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    Apple of Their Eye

    When Workman Oil Co. was offered the opportunity to build a store the only convenience, grocery or drug store in a newly-planned development of 250 houses, 250 condominiums, 250 townhouses, a retirement community of 1,000 seniors, and 70 specialty shops and restaurants, the management team jumped at the chance ¿ even though doing so meant having to jump through a score of hoops to satisfy the developers.

    When Workman Oil Co. was offered the opportunity to build a store the only convenience, grocery or drug store in a newly-planned development of 250 houses, 250 condominiums, 250 townhouses, a retirement community of 1,000 seniors, and 70 specialty shops and restaurants, the management team jumped at the chance – even though doing so meant having to jump through a score of hoops to satisfy the developers.

    Opened last June, the company's newest Apple Market is a 5,000-square-foot store in Wyndhurst, an upscale "sidewalk community" in Lynchburg, Va., modeled on small-town America with its own "town center." With two entrances – one to cater to residents coming in on foot, another for gasoline customers – the store offers an extensive line of fresh hot and cold foods, groceries, health and beauty items, snacks and beverages, beer, wine and more. With a variety of $1 products, $50 bottles of wine and $12.50 cigars, the store's operators aimed to satisfy as many customers as possible, while keeping Wyndhurst's demanding developers happy.

    "It was very clear from the beginning that if we wanted in, we had to play by their rules," said Warner Hall, president and co-owner of Workman Oil, the Lynchburg-based operator of 33 stores. "In the first meeting, the developers said, 'Just understand, we don't want a store like a Sheetz in this development. If that is what you are going to build, we don't want you to build here.' They didn't want a big red store that looked like a bright spaceship with a lot of pumps."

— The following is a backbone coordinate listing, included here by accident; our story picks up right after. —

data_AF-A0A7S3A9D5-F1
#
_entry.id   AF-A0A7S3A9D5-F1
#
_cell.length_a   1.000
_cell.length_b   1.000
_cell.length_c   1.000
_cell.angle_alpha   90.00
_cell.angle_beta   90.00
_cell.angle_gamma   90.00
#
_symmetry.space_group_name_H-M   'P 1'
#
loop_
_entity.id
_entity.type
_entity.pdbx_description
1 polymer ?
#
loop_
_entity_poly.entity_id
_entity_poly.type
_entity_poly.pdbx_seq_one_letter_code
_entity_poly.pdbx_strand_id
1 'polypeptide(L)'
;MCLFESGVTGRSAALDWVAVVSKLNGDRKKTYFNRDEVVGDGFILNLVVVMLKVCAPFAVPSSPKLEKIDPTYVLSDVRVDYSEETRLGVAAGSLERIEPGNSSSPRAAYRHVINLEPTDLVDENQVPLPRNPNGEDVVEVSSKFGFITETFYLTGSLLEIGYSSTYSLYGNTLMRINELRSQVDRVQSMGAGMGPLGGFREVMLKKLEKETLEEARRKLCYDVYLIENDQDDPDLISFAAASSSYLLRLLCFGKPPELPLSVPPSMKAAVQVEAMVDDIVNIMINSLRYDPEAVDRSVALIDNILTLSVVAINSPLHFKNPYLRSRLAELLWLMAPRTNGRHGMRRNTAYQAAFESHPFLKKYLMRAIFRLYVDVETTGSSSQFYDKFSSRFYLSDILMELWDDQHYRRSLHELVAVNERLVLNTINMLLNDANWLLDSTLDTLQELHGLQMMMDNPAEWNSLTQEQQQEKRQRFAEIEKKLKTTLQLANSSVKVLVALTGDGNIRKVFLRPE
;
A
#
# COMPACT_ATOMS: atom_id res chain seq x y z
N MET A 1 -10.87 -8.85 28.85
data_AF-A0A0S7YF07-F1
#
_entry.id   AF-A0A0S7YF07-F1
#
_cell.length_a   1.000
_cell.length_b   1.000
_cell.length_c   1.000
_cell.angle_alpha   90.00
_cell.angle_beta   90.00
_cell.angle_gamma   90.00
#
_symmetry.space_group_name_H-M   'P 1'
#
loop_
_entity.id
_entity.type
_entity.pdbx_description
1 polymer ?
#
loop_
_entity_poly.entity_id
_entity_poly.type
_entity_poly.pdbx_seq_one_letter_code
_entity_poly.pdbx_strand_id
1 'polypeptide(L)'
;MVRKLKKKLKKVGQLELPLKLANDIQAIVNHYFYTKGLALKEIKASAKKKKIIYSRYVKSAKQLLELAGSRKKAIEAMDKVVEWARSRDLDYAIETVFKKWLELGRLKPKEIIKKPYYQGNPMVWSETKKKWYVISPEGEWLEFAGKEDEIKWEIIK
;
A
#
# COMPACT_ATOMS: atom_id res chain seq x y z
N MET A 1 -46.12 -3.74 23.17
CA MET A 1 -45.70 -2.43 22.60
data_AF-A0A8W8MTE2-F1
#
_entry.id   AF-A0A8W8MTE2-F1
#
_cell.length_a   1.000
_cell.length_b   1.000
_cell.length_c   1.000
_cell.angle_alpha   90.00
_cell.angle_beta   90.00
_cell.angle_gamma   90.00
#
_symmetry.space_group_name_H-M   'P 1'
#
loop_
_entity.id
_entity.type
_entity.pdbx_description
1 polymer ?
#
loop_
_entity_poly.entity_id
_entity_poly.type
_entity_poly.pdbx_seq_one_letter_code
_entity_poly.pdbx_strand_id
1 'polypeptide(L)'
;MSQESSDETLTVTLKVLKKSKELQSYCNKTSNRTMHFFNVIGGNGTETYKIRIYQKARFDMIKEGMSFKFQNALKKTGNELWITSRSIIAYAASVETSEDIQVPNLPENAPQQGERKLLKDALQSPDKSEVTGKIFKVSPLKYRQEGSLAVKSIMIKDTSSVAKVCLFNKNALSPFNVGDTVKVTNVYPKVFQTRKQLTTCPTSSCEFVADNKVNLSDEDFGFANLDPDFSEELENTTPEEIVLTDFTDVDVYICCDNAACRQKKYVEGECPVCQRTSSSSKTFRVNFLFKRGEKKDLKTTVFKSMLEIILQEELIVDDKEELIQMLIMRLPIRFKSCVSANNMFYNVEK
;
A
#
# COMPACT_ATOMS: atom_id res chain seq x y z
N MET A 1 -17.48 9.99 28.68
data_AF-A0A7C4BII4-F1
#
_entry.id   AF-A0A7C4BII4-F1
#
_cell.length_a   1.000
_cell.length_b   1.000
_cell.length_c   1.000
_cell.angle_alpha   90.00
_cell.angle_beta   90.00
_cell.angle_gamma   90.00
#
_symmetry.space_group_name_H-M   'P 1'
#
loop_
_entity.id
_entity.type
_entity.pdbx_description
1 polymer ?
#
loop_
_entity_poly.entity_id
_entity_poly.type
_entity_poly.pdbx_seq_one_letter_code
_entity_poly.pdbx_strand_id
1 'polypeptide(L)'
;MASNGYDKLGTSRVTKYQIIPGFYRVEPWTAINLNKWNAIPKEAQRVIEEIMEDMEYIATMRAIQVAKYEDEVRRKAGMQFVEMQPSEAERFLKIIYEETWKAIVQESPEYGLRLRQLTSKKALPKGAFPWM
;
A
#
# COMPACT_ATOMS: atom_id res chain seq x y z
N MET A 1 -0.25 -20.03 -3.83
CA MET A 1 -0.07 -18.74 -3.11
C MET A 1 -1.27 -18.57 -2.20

Instead, the developers were counting on Workman Oil to build something similar to the brick-faced Apple Market that Workman Oil had opened in another upscale area of Lynchburg several years ago. "They were very choosy in who they partnered with here," Hall said. "This was our first new store in four years, and we were ready to take our industry learning and put it in place."

    First, the Workman Oil team's in-house design, largely the product of Hall, operations/merchandising manager Larry Bowling and co-owner Robert Workman Jr., had to pass three levels of approval: the Wyndhurst development committee; the Wyndhurst design committee; and the city of Lynchburg development committee, which included the mayor. "Wyndhurst has gotten a lot of attention from outside the city, and no one wanted to mess it up," Hall said.

    The team went through 11 different site plans. "It came down to things like the type of shrubbery we have in the landscaping," Hall noted, adding the store has six BP-branded gas pumps.

    At one point, the development committee wanted the store's gasoline canopy to match an elaborate fascia design on the outside of the building. "Our canopy maker just laughed and said 'You can't do that,'" Hall recalled. "The committee didn't realize what they were asking. The canopy company met with them and explained it."

    Still, being the only c-store in the market made the effort worthwhile. "And we were generally on the same page from the beginning," said Bowling, who noted that the store is expected to reach sales maturity in 18 months.

    Inside the Apple
    Today, the store boasts such touches as a granite countertop on the coffee bar, lit by an antique lighting fixture, Corian-like surfaces at the foodservice and checkout counter, and antique dressers in its two tiled bathrooms. "Compared to other stores in the area, we feel we have raised the bar," Workman said.

    For all its beauty, the store was not easy to merchandise. "We have a very diverse clientele," Bowling said. "There are commuters using the main street as a cut-through, so drive time is busy here. There are retirees, young families and apartment dwellers, as well as customers coming through to shop at the upscale clothing and specialty shops, and members of the YMCA. There are also a lot of construction workers, because the development is still being built.